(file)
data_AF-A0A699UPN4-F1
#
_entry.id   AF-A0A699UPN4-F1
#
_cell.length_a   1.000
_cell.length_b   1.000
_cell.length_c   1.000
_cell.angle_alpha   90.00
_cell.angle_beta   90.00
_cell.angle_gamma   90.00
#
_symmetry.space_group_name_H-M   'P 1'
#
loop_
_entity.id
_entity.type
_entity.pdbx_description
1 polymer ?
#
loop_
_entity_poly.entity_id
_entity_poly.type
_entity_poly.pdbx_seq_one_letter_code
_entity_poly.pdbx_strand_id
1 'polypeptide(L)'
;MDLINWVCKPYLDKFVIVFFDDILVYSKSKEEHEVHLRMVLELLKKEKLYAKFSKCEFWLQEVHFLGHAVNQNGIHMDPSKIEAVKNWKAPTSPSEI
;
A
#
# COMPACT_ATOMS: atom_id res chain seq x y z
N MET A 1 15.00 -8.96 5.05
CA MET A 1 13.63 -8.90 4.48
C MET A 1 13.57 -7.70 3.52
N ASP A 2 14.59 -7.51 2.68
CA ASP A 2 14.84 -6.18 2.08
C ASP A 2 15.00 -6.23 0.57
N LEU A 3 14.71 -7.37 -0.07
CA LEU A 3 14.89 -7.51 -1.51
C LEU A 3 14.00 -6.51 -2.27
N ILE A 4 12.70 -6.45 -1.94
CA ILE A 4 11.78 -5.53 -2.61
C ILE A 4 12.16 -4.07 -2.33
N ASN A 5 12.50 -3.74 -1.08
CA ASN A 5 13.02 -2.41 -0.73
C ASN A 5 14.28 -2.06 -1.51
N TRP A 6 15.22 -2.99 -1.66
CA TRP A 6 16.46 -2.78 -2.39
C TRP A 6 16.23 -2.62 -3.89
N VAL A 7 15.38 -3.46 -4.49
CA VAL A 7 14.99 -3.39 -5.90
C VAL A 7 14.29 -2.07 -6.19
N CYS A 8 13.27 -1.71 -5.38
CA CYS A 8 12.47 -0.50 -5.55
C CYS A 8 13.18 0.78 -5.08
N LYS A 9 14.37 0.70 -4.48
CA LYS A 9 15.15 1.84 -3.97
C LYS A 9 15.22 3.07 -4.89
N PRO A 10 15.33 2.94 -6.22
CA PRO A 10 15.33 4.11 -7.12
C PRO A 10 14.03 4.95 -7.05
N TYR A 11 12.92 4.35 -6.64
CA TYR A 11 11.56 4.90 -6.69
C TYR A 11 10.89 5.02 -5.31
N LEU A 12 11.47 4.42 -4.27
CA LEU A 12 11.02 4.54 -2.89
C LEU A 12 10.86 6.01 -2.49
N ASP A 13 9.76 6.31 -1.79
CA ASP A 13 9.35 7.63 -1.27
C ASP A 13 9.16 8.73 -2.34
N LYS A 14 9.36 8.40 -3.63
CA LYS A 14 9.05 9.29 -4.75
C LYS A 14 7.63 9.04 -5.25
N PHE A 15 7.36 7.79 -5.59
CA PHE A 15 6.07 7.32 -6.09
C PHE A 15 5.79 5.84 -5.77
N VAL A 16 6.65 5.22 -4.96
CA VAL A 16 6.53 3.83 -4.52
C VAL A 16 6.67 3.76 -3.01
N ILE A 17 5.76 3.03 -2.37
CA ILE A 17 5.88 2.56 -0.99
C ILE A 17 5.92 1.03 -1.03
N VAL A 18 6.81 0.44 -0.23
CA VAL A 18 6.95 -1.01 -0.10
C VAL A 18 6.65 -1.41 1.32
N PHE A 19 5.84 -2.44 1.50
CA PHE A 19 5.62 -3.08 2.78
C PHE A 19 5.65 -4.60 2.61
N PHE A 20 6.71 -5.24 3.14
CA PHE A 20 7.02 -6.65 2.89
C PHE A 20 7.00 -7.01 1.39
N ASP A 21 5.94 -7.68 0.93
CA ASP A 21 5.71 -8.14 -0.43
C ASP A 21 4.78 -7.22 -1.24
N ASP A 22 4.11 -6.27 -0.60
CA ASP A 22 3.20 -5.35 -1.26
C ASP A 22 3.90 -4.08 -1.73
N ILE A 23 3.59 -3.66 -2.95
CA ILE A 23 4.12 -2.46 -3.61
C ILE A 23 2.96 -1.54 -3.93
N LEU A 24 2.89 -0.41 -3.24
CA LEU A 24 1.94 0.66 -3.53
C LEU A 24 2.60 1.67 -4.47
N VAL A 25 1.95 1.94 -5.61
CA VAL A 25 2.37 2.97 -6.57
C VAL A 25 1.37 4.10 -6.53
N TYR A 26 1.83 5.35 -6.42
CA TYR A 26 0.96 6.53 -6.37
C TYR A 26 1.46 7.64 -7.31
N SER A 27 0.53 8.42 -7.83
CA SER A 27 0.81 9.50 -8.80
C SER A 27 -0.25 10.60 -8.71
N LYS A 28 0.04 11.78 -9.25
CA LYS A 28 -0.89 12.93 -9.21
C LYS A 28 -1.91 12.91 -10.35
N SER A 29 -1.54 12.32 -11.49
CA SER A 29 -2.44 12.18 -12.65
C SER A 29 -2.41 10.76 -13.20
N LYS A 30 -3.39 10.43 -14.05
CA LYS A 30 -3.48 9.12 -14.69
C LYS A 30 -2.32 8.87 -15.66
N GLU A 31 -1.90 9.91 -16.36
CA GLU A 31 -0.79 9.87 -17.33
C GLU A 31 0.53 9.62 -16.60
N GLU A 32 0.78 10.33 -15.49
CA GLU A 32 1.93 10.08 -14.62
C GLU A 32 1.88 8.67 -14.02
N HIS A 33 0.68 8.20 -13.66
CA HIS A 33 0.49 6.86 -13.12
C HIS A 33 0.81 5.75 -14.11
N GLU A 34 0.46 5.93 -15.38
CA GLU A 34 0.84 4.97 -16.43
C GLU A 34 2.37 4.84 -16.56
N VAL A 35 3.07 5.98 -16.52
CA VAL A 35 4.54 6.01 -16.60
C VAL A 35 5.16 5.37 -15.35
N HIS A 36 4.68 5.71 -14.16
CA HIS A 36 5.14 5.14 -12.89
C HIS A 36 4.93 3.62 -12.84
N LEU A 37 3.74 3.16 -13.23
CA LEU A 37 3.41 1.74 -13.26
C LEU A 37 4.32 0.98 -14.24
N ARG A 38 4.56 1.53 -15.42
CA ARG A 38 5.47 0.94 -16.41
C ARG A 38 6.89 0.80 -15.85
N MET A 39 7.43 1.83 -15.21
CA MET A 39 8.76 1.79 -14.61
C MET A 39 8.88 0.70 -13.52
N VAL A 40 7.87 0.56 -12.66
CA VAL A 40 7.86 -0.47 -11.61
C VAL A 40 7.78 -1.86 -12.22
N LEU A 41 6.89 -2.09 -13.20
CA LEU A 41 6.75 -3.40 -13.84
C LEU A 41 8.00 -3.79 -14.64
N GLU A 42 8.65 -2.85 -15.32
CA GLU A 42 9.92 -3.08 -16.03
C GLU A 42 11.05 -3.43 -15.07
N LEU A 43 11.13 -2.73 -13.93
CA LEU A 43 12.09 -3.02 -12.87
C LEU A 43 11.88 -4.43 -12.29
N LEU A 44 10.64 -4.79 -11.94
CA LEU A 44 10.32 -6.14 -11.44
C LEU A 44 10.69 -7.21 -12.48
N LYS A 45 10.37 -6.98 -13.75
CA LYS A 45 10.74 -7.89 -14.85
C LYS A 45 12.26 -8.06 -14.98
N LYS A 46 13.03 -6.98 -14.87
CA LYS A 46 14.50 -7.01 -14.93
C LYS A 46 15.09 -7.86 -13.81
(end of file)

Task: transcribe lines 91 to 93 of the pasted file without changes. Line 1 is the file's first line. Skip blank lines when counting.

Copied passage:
N ASP A 21 5.94 -7.68 0.93
CA ASP A 21 5.71 -8.14 -0.43
C ASP A 21 4.78 -7.22 -1.24